Nursery Memories

By Robert Graves 1895–1985 Robert Graves
I. – THE FIRST FUNERAL           
(The first corpse I saw was on the
German wires, and couldn’t be buried)
The whole field was so smelly;
    We smelt the poor dog first:
His horrid swollen belly
    Looked just like going burst.
His fur was most untidy;
    He hadn’t any eyes.
It happened on Good Friday
    And there was lots of flies.
And then I felt the coldest
    I’d ever felt, and sick,
But Rose, ’cause she’s the oldest,
    Dared poke him with her stick.
He felt quite soft and horrid:
    The flies buzzed round his head
And settled on his forehead:
    Rose whispered: ‘That dog’s dead.
‘You bury all dead people,
    When they’re quite really dead,
Round churches with a steeple:
    Let’s bury this,’ Rose said.
‘And let’s put mint all round it
    To hide the nasty smell.’
I went to look and found it—
    Lots, growing near the well.
We poked him through the clover
    Into a hole, and then
We threw brown earth right over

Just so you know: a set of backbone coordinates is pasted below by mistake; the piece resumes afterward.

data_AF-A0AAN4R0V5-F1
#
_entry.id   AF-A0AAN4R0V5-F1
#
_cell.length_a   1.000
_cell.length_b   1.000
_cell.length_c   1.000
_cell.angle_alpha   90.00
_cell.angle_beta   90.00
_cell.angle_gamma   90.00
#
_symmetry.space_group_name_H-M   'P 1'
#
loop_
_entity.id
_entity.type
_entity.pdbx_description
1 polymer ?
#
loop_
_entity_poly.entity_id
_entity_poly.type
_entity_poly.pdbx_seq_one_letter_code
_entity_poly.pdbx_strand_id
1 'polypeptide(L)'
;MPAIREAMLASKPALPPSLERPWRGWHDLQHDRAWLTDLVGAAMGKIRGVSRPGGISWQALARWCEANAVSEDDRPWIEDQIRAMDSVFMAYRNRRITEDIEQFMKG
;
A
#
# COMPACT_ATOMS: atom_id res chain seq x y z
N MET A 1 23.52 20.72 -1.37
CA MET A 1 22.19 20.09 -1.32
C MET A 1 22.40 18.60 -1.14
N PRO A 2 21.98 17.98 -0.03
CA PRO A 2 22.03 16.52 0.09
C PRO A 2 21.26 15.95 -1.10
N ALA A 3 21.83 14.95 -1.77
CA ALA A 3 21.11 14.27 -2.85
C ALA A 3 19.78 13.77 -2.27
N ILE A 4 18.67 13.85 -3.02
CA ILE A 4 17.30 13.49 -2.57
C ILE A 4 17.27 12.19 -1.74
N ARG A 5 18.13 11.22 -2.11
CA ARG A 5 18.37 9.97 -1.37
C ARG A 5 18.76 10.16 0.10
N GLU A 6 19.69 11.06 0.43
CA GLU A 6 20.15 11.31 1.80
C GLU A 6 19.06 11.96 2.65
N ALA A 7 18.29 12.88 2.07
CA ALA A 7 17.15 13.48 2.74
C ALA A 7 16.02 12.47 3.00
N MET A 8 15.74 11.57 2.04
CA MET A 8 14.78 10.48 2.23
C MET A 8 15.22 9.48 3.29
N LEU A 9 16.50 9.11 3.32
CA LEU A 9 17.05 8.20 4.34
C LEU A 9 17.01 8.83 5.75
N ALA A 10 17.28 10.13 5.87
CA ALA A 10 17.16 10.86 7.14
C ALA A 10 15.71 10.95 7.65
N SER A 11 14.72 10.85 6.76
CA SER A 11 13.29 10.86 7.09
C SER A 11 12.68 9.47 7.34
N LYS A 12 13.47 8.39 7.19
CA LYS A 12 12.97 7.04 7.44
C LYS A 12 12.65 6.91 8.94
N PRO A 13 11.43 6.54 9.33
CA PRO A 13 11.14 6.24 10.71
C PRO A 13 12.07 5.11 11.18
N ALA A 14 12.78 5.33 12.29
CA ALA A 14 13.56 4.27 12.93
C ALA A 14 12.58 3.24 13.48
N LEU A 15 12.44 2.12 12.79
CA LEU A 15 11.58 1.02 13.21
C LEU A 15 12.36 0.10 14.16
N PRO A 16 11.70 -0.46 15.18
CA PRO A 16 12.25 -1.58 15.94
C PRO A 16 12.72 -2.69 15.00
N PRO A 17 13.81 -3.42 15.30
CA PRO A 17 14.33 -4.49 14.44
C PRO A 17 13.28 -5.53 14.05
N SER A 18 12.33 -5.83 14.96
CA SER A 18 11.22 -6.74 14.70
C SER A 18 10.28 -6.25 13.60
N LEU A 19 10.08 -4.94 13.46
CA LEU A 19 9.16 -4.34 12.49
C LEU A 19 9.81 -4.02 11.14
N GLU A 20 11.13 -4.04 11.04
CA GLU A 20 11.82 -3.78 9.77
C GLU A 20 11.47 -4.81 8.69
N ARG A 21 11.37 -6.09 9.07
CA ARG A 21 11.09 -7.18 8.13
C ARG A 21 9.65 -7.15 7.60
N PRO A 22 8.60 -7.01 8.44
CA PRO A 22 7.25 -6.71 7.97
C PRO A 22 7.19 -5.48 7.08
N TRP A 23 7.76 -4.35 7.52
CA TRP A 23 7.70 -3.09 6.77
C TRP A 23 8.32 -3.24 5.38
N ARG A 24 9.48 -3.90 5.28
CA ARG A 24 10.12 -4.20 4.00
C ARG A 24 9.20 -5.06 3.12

And said: ‘Poor dog, Amen!’

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Poet Robert Graves 1895–1985


Subjects Living, Death, Relationships, Friends & Enemies, Pets

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 Robert  Graves


Robert Graves often stirred controversy in his endeavors as a poet, novelist, critic, mythographer, translator, and editor. Stephen Spender in the New York Times Book Review characterized Graves as a free thinker: "All of his life Graves has been indifferent to fashion, and the great and deserved reputation he has is based on his individuality as a poet who is both intensely idiosyncratic and unlike any other contemporary poet . . .

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SUBJECT Living, Death, Relationships, Friends & Enemies, Pets


Poetic Terms Rhymed Stanza

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Originally appeared in Poetry magazine.

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